The bill, sponsored by House Majority Leader Mike Turzai, R-Bradford Woods, could come up for a vote in the House by week’s end. If approved, it would go on to the Senate for consideration in the fall.
" is about divestiture. House Bill 11 is about the consumer. It is about reasonable prices and better selection and more convenience. It is about upgrading law enforcement," said Turzai when he first introduced the measure last July. "It is about moving from a public sector dinosaur into the modern 21st century."
Only two states, Pennsylvania and Utah, have complete control of all aspects of wine and spirits distribution, according to a report the governor's budget office commissioned.
Not everyone agrees House Bill 11 is the way to go.
"The House Liquor Control Committee passed a version of HB 11, which would leave the Liquor Control Board intact, a major turnaround from Turzai’s original proposal to completely privatize liquor sales," states a story from 90.5 FM Pittsburgh Essential Public Radio.
The union that represents state liquor store managers has lobbied against the bill; two Pennsylvania chapters of the United Food Commercial Workers, representing state store employees, also oppose the bill, the 90.5 radio story states.
"The Independent State Store Union says that the bill’s provision to allow beer distributors to begin selling wine will cause the state store system to slowly diminish," according to the story.
The ISSU also opposes the bill.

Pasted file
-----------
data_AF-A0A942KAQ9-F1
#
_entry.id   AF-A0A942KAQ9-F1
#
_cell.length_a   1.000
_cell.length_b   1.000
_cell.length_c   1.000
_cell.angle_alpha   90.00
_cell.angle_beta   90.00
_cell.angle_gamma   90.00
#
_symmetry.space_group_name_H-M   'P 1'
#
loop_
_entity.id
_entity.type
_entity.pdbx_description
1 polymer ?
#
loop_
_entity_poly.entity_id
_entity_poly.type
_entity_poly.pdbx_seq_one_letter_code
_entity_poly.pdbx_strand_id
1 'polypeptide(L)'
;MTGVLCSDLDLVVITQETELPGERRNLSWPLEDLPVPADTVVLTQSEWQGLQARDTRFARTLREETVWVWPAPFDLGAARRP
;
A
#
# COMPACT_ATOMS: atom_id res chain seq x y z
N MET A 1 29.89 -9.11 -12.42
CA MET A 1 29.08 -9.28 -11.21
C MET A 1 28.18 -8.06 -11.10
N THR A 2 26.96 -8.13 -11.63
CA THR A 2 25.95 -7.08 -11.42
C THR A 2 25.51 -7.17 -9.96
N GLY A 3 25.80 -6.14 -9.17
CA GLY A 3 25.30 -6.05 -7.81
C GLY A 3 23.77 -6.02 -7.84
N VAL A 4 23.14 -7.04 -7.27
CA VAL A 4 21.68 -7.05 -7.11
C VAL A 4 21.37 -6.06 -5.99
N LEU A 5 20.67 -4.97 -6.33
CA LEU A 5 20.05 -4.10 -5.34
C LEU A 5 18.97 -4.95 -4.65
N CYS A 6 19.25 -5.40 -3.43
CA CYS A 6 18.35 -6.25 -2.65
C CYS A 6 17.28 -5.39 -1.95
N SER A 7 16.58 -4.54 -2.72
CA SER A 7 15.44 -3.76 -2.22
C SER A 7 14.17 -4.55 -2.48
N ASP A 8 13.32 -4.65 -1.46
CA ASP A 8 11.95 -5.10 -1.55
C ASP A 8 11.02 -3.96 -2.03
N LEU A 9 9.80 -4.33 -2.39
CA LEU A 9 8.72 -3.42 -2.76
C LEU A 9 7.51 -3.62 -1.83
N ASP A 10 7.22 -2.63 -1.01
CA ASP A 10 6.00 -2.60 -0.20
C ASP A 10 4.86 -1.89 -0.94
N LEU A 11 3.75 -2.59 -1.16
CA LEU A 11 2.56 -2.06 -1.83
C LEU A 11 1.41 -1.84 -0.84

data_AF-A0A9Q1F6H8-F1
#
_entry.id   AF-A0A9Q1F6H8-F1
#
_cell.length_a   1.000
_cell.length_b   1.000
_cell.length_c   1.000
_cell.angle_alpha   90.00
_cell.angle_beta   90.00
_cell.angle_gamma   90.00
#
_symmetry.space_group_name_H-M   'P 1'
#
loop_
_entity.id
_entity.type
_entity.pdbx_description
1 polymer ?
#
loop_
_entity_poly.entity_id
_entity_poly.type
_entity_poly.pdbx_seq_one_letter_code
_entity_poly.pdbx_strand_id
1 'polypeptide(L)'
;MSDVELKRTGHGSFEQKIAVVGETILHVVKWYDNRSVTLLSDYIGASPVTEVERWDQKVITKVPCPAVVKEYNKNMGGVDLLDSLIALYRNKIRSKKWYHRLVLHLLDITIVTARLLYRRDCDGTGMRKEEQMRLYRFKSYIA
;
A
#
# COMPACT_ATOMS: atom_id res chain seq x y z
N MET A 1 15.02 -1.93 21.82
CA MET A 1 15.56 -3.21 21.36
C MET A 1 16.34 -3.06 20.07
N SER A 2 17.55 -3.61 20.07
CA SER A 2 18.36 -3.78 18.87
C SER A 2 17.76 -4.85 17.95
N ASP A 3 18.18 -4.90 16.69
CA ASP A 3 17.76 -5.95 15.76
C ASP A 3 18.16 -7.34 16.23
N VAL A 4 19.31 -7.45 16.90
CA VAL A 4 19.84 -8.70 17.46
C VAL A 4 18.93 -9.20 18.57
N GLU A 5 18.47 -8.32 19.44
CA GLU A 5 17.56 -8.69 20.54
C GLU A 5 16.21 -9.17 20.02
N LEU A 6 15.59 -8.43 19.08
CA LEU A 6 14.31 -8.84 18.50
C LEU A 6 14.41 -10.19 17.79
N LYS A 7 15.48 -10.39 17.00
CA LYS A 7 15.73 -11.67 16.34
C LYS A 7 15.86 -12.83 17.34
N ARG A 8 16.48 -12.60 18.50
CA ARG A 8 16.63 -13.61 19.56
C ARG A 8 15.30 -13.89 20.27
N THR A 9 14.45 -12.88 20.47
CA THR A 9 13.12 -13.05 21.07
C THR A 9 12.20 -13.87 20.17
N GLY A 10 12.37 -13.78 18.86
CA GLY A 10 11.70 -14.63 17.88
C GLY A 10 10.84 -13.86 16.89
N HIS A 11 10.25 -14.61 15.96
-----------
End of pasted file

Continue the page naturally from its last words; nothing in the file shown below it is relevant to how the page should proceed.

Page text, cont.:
Metcalfe Seeks Eighth Term
Incumbent state will seek his eighth term representing the 12th Legislative District in the fall general election.
Barring a write-in campaign, he will not face a challenger in November.
After launching a Steve Smith, principal of in the Seneca Valley School District, pulled himself out of the race after the April primary election.
No candidate had filed to run on the Democratic ballot, and Metcalfe had been unopposed on the Republican ballot before Smith announced his write-in campaign.
First elected in 1998, Metcalfe is the Republican majority chair on the House’s State Government committee, which—among other things—is responsible for legislative redistricting, lobbyist disclosure and campaign financing.
He is an advocate of taxpayer protection, protection of Second Amendment freedoms and ending teacher strikes, according to his website.
which requires voters to present valid, non-expired photo identification before voting. The law will go into effect for the November election.
In 2007, Metcalfe founded the State Legislators for Legal Immigration. The coalition, made up of legislators from across the nation, seeks to end illegal immigration across the U.S. borders.
More recently, the representative clashed with Seneca Valley over property taxes. In January, he wrote a letter encouraging Corbett to reject
In his letter, Metcalfe said school board members, school administrators and educators need to work together to “find alternatives to resolve budget issues rather than increasing the burden on taxpayers."
A Cranberry resident, Metcalfe, 49, served in the U.S. Army and attended Kansas State University. He worked in the private sector for more than 14 years and was formerly employed as a field engineer by Dade Behring, according to his biography on his website. In 2010, Metcalfe ran as a candidate for Lieutenant Governor. He came in third place in the Republican primary.
The 12th District covers Cranberry, Adams, Clinton, Forward, Jefferson, Middlesex and Penn townships and the boroughs of Callery, Connoquenessing, Evans City, Mars, Saxonburg, Seven Fields and Valencia.